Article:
Laminitis is an extremely painful condition that can affect any horse, pony, donkey or mule. Laminitis is always a veterinary emergency and you should contact your vet immediately if you suspect your horse might have the condition. There is sometimes a belief that laminitis is only a risk during springtime, or when grass is actively growing, but episodes can occur all year round and we need to remain vigilant and maintain preventative management throughout the year.

Beautiful foal named after inspirational veteran Captain Tom Moore - World Horse Welfare

Not just a springtime condition

The complex inflammatory responses which cause laminitis can be triggered by a variety of events or conditions. Such responses can certainly occur after carbohydrate overload, for example your horse pigging out on spring grass, but it can also occur in very sick animals with body-wide septic infections, such as complications after surgery or a retained placenta. Laminitis can also be a risk in cases where the horse is unable to bear weight on one limb, as the opposite foot will be bearing so much more weight than it should do.

However, the most common cause of laminitis is an underlying metabolic condition which can be triggered at any time of year. How we manage our horses and ponies, particularly in terms of their diet and exercise, plays a crucial role.

What are the signs of laminitis?

It is vital to recognise the symptoms of laminitis so that treatment can begin quickly, giving your horse or pony the best chance for a recovery but, initially, many of the symptoms can be rather vague. A recent study showed that vets confirmed laminitis every time an owner suspected their horse/pony had it, so do call your vet if you suspect laminitis. Symptoms include:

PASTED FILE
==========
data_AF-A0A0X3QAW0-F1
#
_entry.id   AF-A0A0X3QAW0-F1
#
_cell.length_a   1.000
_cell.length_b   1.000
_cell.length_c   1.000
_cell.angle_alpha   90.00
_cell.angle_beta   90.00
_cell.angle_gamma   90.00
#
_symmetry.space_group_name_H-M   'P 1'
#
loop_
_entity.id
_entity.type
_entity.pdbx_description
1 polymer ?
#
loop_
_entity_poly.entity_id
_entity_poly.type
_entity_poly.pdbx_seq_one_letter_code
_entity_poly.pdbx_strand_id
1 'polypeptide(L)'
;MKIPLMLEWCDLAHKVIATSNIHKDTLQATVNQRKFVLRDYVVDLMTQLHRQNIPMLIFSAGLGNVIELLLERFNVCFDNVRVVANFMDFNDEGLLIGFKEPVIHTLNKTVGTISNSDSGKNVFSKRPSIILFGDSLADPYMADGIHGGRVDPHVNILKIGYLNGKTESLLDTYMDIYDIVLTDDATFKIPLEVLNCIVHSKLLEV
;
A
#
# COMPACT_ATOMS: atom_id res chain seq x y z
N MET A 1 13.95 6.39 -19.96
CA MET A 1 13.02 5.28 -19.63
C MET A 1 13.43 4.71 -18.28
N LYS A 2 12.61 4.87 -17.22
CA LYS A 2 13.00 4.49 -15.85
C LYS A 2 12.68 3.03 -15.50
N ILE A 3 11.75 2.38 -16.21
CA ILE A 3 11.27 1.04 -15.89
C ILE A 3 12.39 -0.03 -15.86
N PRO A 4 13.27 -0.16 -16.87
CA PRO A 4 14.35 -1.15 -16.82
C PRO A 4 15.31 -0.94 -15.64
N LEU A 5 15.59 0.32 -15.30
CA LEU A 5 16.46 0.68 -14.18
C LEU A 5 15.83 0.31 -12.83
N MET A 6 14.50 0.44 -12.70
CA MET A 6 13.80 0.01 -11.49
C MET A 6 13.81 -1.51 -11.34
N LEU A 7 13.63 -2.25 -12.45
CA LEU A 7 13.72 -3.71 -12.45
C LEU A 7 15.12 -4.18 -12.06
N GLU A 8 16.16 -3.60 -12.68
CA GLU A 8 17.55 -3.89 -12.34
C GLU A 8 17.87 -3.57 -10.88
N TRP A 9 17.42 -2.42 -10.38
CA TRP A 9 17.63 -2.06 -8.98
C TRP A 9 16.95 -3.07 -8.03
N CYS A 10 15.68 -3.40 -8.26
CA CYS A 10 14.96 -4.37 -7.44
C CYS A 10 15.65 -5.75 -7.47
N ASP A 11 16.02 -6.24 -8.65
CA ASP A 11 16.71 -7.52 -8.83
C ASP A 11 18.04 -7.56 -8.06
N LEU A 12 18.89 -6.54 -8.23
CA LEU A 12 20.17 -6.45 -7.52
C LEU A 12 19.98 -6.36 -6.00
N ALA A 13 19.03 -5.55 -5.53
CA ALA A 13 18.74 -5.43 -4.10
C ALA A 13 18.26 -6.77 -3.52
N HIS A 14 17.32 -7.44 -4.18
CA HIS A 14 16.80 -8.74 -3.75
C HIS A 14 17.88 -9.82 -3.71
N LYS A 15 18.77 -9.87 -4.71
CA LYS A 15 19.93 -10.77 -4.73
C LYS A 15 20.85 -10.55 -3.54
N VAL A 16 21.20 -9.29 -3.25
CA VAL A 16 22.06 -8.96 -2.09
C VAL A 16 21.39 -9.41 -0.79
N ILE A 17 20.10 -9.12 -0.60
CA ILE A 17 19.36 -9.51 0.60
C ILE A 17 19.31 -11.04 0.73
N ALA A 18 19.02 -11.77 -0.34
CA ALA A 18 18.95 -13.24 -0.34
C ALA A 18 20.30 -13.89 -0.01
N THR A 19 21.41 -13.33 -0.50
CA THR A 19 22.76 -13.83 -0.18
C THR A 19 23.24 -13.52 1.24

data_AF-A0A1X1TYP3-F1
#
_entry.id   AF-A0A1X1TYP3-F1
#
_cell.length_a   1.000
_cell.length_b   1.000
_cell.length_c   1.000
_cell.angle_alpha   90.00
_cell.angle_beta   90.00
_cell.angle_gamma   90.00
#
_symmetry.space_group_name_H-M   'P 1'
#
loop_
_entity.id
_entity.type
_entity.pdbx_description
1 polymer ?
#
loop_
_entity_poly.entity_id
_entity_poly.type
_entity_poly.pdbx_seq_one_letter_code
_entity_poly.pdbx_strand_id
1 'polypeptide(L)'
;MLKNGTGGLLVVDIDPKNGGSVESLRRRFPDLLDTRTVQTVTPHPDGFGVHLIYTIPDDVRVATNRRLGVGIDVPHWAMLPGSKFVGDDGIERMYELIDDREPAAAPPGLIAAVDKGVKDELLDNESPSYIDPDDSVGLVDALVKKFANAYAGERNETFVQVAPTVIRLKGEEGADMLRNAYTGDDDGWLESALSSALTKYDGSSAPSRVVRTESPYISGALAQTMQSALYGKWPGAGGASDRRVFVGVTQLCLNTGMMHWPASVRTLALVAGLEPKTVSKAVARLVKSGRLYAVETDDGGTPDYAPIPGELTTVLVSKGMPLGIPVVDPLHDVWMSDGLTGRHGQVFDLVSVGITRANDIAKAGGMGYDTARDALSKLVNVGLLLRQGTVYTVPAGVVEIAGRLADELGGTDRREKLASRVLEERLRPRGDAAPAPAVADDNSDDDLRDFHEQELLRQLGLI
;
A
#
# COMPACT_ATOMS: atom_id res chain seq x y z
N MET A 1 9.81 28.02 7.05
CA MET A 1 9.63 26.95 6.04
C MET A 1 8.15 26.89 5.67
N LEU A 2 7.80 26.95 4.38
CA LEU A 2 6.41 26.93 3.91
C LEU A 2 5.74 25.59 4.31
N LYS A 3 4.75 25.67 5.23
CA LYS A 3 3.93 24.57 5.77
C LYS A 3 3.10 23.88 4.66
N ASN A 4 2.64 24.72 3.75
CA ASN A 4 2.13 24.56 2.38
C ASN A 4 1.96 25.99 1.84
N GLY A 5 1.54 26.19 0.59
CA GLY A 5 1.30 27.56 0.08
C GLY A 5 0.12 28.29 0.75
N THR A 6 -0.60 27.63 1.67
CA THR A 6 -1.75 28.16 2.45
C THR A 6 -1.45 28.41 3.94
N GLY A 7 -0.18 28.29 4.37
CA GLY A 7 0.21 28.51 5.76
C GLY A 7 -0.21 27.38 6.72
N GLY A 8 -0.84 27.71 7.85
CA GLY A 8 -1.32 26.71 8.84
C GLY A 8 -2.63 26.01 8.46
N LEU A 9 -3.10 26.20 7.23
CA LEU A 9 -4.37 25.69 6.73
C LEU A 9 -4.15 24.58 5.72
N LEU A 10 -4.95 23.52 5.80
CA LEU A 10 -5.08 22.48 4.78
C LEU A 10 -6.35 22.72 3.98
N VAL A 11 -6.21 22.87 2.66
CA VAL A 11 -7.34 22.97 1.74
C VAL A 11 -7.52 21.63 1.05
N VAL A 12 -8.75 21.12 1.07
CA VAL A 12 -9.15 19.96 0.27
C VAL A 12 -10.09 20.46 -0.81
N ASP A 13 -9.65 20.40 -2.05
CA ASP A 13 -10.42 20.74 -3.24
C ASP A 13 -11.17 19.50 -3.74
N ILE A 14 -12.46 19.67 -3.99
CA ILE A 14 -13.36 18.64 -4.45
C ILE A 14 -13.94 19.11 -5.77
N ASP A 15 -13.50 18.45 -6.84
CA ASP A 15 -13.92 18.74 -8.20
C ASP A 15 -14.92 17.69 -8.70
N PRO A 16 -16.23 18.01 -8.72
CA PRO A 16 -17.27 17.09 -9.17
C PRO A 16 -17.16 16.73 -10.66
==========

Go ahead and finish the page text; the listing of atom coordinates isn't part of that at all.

• Strong/bounding digital pulses felt at the back of the fetlock

• Reluctance to walk forward

• Difficulty making a tight turn

• Excessive heat in the feet

• Shifting weight from foot to foot when at rest

• Lameness, stiffness, or a short, stilted or pottery walk, especially on hard ground

How can I guard against laminitis?

When it comes to laminitis, the old saying that “prevention is better than cure” is very true. Two large studies funded by World Horse Welfare have identified three important risk factors:

  • Recent weight gain
  • A prior history of laminitis
  • Foot soreness after shoeing/ trimming

Making sure your horse or pony is the right weight is really important when it comes to preventing laminitis – as is avoiding unintentional weight gain. It can be really difficult to notice our horses gaining weight when we see them every day, which is why regular weight monitoring and fat scoring are so important.

Since horses and ponies which have had laminitis previously are at a significantly increased risk of suffering further bouts, being vigilant in your management to prevent your horse from suffering an attack in the first place really is the best way to protect them.

There is evidence that horses/ponies that went more than eight weeks between being shod or trimmed were more likely to develop laminitis. Maintaining a regular foot care routine will not only keep the feet in good condition, it can also help you and your farrier notice if there is any subtle foot pain

Remember, if you suspect your horse might have laminitis, please call your vet first. Early recognition and prompt veterinary and farriery care can assist recovery and return to soundness.

You can check out World Horse Welfare’s laminitis advice page www.worldhorsewelfare/laminitis where you will find links to videos on how to measure your horse’s pulse, as well as a playlist of Laminitis Awareness videos covering a variety of areas including weigh taping and condition scoring. You can also download a laminitis leaflet for more information on causes, symptoms, treatment and prevention of laminitis and on-going management of horses that have previously suffered from it.

For more information visit give World Horse Welfare’s Advice Line a call during office hours on +44 (0)1953 497 238.